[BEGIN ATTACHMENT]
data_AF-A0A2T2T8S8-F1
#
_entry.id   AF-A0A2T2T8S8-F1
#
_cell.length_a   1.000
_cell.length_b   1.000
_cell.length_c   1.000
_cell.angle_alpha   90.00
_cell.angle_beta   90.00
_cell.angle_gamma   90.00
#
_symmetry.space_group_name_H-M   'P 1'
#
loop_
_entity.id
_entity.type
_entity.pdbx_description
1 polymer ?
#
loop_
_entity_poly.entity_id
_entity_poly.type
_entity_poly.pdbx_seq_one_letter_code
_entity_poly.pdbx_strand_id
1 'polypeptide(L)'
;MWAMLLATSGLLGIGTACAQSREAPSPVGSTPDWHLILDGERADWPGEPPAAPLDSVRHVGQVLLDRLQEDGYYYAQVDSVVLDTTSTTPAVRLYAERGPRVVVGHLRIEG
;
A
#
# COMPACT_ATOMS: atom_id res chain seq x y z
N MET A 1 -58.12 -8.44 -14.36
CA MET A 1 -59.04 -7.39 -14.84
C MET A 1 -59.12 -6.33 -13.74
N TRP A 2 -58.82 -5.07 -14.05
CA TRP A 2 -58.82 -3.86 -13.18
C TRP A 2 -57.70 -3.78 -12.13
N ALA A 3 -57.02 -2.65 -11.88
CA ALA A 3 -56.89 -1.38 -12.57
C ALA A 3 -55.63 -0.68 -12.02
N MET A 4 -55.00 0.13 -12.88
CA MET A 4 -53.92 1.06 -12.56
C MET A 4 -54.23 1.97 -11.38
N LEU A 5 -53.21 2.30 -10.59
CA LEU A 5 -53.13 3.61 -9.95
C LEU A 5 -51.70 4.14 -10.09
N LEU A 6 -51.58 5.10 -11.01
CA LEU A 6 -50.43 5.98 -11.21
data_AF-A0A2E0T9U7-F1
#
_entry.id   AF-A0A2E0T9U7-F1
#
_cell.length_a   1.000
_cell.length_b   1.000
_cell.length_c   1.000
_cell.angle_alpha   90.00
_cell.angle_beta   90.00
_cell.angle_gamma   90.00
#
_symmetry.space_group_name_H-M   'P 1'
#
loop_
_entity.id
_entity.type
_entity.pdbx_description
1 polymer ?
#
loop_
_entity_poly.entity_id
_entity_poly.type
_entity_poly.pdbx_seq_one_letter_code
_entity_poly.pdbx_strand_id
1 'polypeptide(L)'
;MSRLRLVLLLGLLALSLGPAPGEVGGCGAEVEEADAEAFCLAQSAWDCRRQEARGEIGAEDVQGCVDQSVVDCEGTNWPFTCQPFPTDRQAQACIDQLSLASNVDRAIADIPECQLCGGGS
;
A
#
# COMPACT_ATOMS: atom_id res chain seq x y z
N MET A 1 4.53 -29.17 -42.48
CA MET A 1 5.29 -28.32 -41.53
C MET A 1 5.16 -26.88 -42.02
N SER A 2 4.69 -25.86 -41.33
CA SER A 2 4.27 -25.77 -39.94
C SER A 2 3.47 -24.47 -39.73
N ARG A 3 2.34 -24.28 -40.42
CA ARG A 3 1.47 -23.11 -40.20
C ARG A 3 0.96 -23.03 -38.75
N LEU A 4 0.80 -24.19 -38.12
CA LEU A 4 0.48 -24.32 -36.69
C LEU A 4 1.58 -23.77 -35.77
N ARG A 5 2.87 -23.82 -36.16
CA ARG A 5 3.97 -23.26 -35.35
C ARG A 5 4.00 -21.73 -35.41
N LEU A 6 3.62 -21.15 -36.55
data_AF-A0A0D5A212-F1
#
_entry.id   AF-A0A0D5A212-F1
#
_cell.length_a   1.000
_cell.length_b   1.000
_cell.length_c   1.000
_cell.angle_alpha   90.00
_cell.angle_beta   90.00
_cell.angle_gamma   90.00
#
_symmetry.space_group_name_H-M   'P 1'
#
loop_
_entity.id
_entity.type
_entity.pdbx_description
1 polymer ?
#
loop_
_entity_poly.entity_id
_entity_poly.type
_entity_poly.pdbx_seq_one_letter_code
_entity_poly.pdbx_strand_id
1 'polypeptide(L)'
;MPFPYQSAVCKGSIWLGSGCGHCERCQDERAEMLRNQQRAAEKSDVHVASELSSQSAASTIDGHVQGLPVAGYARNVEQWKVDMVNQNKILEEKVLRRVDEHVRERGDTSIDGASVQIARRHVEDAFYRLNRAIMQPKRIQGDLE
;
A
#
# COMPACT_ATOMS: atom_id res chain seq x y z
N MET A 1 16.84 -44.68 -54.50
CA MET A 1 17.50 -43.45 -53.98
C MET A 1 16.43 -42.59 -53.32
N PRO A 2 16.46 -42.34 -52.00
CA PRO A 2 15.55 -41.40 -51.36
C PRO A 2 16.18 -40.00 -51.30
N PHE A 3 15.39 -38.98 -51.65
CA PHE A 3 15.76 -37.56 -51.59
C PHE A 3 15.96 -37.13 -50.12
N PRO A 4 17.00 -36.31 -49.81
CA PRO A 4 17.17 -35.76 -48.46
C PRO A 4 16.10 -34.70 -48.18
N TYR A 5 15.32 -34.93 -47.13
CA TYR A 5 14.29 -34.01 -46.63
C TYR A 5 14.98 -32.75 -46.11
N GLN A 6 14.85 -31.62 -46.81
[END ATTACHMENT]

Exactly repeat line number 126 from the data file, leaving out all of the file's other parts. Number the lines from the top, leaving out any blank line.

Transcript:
C MET A 1 16.43 -42.59 -53.32